SHOW FOR FREE

I read your answer to a question regarding showing more fights on the UFC PPV. I do understand that time and money is a constraint to the UFC when broadcasting a PPV but to say "You can buy any of the fights you want from the UFC from its "UFC on Demand" service, though," is kind of screwed up. Do you not agree that they make enough money from the PPV and they should offer those fights for free to watch on their website? Come on. I know the UFC will show one or two PPV-level cards for free on Spike, but that is just being greedy.

Lenny Cusumano
Queens, N.Y.

The UFC is a business and, as such, businesses try to find ways to maximize revenues. Showing these fights with the UFC on Demand service is one way they've done that. I'm not going to criticize them for that. If their fans revolted against it, they wouldn't do it. If you don't like it, the best way to let them know is to not buy their product. But a lot of people are buying it, which tells the UFC it's on the right track.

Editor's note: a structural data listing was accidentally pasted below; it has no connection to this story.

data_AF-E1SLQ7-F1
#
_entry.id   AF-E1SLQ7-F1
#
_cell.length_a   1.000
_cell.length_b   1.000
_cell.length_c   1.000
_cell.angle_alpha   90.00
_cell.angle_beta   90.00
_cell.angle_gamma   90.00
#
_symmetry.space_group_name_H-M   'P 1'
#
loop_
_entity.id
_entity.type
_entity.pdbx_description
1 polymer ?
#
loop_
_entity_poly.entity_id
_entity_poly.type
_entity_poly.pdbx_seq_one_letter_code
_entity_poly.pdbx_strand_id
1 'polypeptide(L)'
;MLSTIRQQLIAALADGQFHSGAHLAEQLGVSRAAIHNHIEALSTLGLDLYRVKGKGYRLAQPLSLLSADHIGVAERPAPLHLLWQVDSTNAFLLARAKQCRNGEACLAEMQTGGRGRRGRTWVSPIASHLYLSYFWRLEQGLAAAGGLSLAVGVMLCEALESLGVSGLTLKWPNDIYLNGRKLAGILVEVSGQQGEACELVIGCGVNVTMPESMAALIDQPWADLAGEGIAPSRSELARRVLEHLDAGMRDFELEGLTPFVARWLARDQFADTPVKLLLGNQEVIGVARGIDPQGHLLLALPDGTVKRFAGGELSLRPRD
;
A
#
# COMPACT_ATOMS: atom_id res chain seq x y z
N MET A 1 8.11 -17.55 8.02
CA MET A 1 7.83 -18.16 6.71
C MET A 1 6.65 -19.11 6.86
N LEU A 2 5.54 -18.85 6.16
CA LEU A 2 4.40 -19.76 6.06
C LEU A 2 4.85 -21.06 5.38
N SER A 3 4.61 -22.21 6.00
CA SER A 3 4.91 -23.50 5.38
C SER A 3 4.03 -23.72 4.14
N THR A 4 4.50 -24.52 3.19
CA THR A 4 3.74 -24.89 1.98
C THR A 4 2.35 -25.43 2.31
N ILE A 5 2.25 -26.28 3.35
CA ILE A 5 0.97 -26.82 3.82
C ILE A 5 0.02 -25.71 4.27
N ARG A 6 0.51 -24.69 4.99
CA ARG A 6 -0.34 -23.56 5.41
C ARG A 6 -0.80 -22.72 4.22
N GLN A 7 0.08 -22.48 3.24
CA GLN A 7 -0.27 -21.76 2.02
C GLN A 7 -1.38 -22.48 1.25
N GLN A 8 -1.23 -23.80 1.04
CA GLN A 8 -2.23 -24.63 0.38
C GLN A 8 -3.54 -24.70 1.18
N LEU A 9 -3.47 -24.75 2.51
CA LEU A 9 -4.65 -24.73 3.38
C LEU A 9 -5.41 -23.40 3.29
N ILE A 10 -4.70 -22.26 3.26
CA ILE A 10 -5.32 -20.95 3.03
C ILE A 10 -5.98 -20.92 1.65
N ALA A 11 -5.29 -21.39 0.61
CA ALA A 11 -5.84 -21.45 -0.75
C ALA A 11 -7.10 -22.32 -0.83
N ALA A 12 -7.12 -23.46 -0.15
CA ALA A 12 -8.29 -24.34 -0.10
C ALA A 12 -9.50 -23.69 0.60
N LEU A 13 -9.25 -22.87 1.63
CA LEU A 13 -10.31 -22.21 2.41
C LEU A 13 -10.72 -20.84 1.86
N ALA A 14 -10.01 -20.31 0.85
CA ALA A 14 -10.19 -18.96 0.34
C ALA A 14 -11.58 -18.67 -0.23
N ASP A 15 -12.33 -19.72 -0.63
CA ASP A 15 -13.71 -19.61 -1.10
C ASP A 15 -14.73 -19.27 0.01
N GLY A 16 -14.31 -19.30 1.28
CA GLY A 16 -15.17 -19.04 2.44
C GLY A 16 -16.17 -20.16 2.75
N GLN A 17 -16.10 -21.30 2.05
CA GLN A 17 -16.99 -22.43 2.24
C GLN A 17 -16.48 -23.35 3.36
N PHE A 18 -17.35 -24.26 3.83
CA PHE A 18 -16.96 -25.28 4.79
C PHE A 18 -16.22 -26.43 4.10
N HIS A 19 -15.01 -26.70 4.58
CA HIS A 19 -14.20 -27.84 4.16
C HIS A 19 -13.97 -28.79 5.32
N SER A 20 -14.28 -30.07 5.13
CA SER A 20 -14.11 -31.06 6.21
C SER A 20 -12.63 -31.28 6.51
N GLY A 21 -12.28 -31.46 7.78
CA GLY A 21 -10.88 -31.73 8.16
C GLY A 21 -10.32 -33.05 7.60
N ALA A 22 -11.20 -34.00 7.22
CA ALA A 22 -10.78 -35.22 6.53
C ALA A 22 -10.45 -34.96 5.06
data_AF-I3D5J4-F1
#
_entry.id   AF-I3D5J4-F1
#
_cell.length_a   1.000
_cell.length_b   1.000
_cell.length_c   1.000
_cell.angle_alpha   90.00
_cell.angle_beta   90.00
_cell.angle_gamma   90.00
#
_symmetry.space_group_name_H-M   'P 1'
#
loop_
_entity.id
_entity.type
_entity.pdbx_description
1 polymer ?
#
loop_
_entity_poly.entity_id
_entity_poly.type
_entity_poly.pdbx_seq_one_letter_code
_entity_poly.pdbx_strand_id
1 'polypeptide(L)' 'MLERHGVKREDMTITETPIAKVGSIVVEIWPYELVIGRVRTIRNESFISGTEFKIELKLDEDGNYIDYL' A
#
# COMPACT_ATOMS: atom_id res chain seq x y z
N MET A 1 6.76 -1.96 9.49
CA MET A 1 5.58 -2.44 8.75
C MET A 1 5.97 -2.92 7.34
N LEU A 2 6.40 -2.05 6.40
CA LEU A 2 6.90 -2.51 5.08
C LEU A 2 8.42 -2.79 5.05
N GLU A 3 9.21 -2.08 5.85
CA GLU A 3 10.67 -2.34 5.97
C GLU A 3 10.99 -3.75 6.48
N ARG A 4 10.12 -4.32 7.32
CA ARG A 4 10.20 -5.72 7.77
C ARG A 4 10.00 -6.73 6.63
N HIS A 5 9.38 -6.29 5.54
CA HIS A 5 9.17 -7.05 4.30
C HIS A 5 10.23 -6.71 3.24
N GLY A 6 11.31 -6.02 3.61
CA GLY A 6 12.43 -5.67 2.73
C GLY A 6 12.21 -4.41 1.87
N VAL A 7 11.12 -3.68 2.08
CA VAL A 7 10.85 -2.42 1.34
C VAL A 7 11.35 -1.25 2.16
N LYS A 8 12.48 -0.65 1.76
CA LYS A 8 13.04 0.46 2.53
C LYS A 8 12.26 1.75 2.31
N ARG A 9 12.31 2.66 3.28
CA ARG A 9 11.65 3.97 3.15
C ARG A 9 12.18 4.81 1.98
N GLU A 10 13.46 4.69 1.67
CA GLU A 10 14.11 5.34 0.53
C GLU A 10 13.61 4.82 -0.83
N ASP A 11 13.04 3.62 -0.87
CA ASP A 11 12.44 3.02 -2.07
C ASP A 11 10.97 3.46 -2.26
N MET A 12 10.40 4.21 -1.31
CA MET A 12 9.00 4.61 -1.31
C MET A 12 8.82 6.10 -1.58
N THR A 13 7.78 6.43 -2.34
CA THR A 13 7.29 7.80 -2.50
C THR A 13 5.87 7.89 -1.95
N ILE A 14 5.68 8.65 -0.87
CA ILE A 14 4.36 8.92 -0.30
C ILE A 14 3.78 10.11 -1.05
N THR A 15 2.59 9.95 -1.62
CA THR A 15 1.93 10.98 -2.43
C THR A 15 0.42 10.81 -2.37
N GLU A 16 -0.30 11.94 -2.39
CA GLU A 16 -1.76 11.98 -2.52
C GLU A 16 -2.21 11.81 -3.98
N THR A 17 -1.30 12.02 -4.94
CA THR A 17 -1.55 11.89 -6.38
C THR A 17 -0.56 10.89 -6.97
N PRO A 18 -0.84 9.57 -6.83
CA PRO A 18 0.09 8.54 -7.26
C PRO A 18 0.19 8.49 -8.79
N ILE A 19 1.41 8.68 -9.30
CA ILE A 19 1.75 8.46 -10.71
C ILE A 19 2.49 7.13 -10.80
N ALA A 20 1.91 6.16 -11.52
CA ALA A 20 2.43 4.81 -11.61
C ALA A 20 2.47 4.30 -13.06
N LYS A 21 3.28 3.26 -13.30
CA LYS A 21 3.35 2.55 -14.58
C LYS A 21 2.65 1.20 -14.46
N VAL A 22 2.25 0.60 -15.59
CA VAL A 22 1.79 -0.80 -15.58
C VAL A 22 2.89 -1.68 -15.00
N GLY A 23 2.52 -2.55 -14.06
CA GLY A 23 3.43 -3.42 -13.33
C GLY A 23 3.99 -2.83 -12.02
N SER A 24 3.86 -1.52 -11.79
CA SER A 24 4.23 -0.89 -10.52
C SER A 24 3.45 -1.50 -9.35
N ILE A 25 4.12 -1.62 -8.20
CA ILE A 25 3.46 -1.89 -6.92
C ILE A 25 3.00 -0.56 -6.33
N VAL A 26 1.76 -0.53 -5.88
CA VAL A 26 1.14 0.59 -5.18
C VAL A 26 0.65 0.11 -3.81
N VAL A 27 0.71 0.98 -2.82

HORRIBLE HEAVYWEIGHTS

As an MMA fan and a boxing fan, why is the sport of boxing in the heavyweights just falling apart? I think Don King and others ruin a great sport with greed and poor match-ups.

Guy Smalley
Waynesville, N.C.

I'll grant you, Guy, that bad matches are part of the problem. But they're a very small part. The kids who once grew up dreaming of becoming the next heavyweight champion now grow up dreaming of being the next Kobe Bryant or the next Peyton Manning. Boxing is losing its great athletes to other sports.